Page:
Traditional rules and pitfalls
New potential risk for companies

A new case law trend that has recently emerged in some labour courts and courts of appeal is exposing companies to a higher risk of litigation when implementing reorganisation processes in France, especially where the reorganisation plan involves a headcount reduction. In such cases the lack of a genuine economic motive can lead to the entire restructuring process being deemed null and void.

Traditional rules and pitfalls

Downsizing in France has always been a complex process, requiring compliance with mandatory rules set out in the French Labour Code, as well as collective bargaining agreements and case law.

In order to mitigate the risk of litigation, employers must comply with the following key rules in particular:

  • prior information and consultation of staff representatives (works council or personnel delegates) on the proposed restructuring process;
  • in companies with more than 50 employees, presentation and implementation of a social plan (ie, measures and financial support aimed at facilitating employees' redeployment);
  • active redeployment search (ie, identifying and offering vacancies across the entire group, both in France and abroad);
  • application of selection criteria within the same professional categories in order to determine which employees will be made redundant (unless all positions are made redundant); and
  • justification of the redundancy in a detailed termination letter to be notified to each employee, evidencing a genuine economic rationale.

Non-compliance with these rules may trigger the payment of damages - in addition to statutory entitlements - to those employees who decide to challenge their redundancy before a court.

The only rule whose violation will lead to the entire process being considered null and void is the lack of a social plan including redeployment measures. According to Article L1235-10 of the Labour Code, "the redundancy procedure is considered null and void as long as the employer has not presented a consistent redeployment plan to the staff representatives".

If a court rules that a redundancy process is null and void, all related dismissals are also null and void, entitling the employees to reinstatement and/or damages, as well as back payment of wages and social security contributions since the termination date.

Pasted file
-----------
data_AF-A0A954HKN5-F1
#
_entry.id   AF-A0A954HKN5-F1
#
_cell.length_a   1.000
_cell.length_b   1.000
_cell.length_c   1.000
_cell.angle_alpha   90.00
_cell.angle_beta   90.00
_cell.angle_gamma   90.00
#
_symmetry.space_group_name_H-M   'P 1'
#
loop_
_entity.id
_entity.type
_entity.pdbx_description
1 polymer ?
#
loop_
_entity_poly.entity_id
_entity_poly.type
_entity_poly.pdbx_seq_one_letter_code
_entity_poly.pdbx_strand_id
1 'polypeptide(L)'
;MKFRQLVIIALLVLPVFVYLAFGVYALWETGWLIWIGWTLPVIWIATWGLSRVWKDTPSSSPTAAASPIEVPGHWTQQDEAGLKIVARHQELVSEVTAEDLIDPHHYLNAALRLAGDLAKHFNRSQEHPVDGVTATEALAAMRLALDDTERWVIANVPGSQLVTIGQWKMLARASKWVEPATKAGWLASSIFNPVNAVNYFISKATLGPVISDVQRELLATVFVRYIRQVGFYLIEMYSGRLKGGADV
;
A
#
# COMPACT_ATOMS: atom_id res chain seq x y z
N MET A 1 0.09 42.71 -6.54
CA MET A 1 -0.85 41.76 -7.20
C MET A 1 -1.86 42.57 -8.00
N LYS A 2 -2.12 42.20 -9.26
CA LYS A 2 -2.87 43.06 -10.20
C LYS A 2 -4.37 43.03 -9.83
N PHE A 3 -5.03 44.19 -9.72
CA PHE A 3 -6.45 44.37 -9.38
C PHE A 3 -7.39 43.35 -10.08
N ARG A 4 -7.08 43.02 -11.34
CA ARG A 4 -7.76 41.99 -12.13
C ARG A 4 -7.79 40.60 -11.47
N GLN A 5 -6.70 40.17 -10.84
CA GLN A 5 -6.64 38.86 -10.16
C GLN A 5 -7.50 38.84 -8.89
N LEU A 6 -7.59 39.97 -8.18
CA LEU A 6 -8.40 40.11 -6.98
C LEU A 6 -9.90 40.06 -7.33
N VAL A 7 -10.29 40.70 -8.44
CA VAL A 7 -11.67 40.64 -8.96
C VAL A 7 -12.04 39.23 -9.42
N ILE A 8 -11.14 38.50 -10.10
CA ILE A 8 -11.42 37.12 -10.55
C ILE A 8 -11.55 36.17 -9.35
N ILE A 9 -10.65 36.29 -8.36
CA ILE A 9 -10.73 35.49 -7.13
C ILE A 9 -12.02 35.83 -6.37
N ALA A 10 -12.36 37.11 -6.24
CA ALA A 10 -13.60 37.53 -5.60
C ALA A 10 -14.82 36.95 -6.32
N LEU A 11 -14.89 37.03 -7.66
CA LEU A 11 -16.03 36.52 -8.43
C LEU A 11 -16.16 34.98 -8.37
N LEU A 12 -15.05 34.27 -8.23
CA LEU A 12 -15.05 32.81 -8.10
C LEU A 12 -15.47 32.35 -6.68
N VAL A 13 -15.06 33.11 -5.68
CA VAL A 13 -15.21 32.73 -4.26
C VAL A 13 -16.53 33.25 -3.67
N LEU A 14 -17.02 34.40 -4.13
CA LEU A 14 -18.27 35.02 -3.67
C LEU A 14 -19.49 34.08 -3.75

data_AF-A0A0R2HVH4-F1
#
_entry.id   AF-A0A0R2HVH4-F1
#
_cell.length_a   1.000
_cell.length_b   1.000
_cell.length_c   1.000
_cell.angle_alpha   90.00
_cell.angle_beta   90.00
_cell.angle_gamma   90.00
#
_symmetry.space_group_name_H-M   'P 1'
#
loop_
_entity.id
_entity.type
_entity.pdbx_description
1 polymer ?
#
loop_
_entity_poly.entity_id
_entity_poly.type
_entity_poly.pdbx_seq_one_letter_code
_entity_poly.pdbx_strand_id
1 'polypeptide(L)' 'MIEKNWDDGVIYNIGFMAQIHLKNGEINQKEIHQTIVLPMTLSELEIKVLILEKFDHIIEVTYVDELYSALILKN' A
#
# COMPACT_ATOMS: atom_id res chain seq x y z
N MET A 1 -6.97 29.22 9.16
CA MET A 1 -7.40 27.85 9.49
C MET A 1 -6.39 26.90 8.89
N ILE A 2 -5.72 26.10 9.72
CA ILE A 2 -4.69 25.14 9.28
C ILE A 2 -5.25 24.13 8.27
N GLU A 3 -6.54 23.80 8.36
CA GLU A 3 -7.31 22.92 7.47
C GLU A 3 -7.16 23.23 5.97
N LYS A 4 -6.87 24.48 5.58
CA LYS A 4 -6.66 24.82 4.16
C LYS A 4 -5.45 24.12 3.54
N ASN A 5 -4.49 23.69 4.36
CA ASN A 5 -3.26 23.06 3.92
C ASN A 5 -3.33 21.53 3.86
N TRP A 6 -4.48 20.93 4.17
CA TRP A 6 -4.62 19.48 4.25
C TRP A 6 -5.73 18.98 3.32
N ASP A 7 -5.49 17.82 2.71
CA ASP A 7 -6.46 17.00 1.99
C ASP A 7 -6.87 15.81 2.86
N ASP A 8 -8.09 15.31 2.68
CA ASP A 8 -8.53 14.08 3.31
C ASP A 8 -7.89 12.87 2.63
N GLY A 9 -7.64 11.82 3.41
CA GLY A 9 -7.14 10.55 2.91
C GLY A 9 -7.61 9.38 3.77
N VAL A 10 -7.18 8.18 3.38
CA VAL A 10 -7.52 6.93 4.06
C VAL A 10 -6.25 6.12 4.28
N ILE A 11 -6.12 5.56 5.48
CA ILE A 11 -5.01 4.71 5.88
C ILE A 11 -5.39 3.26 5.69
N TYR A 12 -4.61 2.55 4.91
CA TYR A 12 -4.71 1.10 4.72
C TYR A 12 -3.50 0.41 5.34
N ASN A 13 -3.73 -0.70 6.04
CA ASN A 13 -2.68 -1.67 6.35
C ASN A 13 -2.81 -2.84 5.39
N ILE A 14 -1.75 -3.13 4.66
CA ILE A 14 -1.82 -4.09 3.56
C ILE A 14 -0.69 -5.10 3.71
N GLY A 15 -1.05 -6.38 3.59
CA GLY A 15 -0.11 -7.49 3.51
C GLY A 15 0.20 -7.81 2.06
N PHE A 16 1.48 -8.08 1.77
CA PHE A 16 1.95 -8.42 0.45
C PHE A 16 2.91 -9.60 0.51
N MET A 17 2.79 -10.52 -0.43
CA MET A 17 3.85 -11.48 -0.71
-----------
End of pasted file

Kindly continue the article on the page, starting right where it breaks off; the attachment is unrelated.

This is an extremely severe penalty for employers, which thus usually ensure that a redeployment-focused social plan is presented to the works council and the local labour authorities before launching any redundancy process.

New potential risk for companies

In several decisions issued in 2011 and early 2012, which have been severely criticised by legal commentators, some courts have exceeded the traditional scope of Article L1235-10 by ruling that staff representatives could challenge the economic rationale behind a restructuring plan from the outset of the consultation procedure, and that the lack of a valid economic rationale meant that the entire redundancy process was null and void.

The courts of appeal not only allowed the works council to initiate emergency litigation freezing the consultation process, but also ruled that the economic rationale presented by the employer was not sufficiently serious, and that the entire redundancy process was thus null and void.

Works councils have increasingly been availing of this new litigation tool since May 2011 in order to postpone or even jeopardize downsizing plans across the entire country.

It is now down to the Supreme Court to render its decision on these rulings, which exceed the scope of the law and have resulted in a strong - and arguably unacceptable - intrusion of the judiciary into business decisions. The Supreme Court is due to issue its eagerly awaited verdict before Summer 2012 - presumably after the May 2012 presidential elections.


Until the Supreme Court has ruled on the issue, it is now recommended more than ever that employers intending to downsize in France - especially where the business is profitable at global level - be able to justify the economic rationale for their restructuring plans, based either on financial losses or on an absolute need to maintain competitiveness (eg, by providing figures, market trends, competition reports, margin evolution), as this rationale will undoubtedly be scrutinised by local players.

For further information on this topic please contact Nathalie Devernay at Bird & Bird AARPI' by telephone (+33 4 78 65 60 00), fax (+33 4 78 65 60 11) or email ([email protected]).